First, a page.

Here's my problem: I want to train my kids to help around the house, to work hard and to appreciate cleanliness. However, it is slow, frustrating, patience-shattering work to train them, so I tend to put it off. Edmund is four and he can be genuinely helpful with certain tasks. Lavinia, who just turned two, not so much -- but I don't want to let her play elsewhere while Edmund works. We're all in this together. I gave it some thought and here's what I came up with to help me in my task.

Cleaning with little helpers

Before you start, ask God to give you His patience and cheerfulness. If at any time during the process you feel yourself losing it, stop and take a break for a minute. Pray, regain your good attitude, apologize to your kids if needed, and start again. Another good idea is to start the cleaning right after breakfast or after a mid-morning snack, so everyone's tummies are satisfied and there's no hunger-induced crankiness to add tension to the atmosphere. If you like, put on some calming music.

Write down, in minute detail, all the jobs needed to clean your bathroom(s). On my own, I am perfectly capable of cleaning a bathroom in logical order, knowing what to do next and keeping on pace. When I am overseeing two little helpers, my brain flies out the window. It is very helpful to me to have a list to consult so that I don't have to think about what task to do next. You could either put it in a homemaking binder, or laminate it and keep it with your bathroom-cleaning supplies. Mine looks like this:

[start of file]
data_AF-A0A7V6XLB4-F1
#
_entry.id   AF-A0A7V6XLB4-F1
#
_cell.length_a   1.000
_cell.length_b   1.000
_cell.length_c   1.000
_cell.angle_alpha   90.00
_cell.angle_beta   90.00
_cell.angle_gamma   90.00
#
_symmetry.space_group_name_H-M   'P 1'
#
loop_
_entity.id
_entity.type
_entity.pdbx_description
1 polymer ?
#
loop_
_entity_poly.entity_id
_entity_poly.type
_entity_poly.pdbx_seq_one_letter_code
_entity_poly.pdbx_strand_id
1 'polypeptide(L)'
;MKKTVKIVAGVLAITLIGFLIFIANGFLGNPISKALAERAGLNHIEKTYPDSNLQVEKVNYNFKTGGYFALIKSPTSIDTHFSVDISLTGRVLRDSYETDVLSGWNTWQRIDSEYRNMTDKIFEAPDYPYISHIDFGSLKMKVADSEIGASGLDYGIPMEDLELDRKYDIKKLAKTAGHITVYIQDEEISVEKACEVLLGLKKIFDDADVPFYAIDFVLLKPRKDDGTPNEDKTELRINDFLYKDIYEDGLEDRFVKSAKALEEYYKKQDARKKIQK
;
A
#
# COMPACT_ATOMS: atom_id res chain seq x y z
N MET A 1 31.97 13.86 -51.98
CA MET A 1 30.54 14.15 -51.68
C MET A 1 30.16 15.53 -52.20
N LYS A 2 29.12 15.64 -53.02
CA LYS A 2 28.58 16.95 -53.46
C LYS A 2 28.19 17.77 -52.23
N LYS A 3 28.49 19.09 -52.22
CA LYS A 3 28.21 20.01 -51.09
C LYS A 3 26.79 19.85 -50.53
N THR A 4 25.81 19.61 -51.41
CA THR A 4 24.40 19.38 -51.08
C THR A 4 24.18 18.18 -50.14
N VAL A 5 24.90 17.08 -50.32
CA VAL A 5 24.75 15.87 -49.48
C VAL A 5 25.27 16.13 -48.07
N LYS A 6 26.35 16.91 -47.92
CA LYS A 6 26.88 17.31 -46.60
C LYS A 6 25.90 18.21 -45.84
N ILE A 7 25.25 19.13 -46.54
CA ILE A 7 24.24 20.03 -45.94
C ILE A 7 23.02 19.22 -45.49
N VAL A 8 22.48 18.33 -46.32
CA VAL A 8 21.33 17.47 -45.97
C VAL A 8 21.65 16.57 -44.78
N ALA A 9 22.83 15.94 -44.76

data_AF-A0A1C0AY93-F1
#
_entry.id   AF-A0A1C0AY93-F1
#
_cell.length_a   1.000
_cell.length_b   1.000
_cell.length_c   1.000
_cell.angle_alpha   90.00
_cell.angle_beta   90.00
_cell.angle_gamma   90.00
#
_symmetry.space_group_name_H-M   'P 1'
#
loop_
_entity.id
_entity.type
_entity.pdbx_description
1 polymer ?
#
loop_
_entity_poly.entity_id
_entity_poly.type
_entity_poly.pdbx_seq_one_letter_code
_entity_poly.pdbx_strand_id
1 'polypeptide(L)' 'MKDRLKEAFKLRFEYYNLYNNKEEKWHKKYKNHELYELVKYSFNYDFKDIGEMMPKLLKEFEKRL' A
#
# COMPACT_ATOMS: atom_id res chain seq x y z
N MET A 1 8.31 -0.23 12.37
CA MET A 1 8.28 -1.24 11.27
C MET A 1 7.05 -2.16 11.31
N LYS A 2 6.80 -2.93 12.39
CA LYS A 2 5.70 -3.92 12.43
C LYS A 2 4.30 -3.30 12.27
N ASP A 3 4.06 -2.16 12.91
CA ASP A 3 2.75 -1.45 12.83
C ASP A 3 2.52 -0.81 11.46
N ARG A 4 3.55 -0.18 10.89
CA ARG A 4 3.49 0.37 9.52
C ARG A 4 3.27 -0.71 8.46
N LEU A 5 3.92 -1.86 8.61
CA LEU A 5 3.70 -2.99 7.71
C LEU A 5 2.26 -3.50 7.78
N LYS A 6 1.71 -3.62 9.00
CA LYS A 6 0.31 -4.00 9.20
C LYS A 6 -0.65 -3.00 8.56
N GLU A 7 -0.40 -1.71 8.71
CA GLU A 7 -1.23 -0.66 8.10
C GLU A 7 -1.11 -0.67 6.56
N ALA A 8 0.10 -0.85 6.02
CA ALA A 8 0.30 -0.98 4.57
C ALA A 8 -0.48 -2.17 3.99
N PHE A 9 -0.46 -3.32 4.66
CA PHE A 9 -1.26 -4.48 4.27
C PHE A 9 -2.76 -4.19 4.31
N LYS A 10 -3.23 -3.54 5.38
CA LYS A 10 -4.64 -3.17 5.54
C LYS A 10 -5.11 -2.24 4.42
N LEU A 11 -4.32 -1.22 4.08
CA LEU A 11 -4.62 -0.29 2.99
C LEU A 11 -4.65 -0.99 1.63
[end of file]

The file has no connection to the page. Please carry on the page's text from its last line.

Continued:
• put away toys, dirty clothes, throw towels/rugs down chute
  • dust surfaces (shelf, cupboard, window)
  • wipe down medicine cabinet shelves
  • organize drawers/shelves (if needed)
  • clean mirror
  • spray and wipe down sink, toilet, tub
  • clean inside of toilet
  • clean soap dish, replace soap if needed
  • empty trash
  • replace handtowels with clean ones
  • restock toilet paper, if needed
  • sweep and mop floor
  • wash floor rug, towels, and replace when clean
(That is my intensive cleaning list for our main floor bathroom. I also wrote an abridged one for maintenance.)